However, as soon as it was launched, Facebook was a huge hit as people realised the benefit of being able to connect with their network of friends in the virtual space. They found that Facebook complimented the connection they had to their friends in the real world. It also enabled them to share their news and photos easily. Over time Facebook has developed further benefits for members.

Facebook came about because Mark Zuckerberg identified a ‘hidden need’ – to connect easily with friends in the virtual space. This was within the context of fast paced lives and high levels of web literacy and web engagement among young people.

He had the insight about Facebook and realised it was something people would want.

Discovering Customer Insights For Innovation

As was the case with Mark Zuckerberg, some individuals, many of them entrepreneurs, are particularly good at identifying customer insights.

However, the fact that the customer needs are often ‘hidden’, means that customer insights for innovation are often not easy to identify.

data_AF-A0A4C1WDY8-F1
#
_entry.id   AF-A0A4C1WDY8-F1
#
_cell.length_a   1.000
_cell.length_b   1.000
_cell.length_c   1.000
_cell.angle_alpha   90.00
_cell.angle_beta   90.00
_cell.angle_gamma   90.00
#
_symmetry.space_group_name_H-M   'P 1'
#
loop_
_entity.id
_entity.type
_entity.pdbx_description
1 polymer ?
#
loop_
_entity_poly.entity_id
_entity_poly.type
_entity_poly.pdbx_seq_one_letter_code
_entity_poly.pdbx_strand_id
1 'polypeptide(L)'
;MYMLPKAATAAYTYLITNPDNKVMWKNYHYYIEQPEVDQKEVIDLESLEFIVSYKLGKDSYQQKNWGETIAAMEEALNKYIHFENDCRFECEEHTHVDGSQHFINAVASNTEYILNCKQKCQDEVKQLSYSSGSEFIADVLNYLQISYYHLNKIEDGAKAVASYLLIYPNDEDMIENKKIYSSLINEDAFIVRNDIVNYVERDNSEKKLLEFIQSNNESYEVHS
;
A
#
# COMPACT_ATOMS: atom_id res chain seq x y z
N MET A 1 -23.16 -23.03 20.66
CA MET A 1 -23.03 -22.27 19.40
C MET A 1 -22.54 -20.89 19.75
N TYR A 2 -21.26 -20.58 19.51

So, how can an organisation which is committed to innovation in its products, services, business models, processes and communications identify customer insights efficiently and effectively?

The answer is by using proven creative research and customer insight processes.

Business Benefits Of Customer Insights For Innovation.

Using customer insights as a starting point for innovation:-

  • channels innovation efforts towards satisfying current and future customer needs.
  • enables organisations to extract extra value from data they already hold within the business.
  • equips organisations to foresee the ‘non-linear’ way markets develop, thus they can leap ahead of the competition who are relying on projecting the past to predict the future.

Why Choose Anatellô To Help You Identify Customer Insights For Innovation?

The Anatellô Processes For Customer Insights for Innovation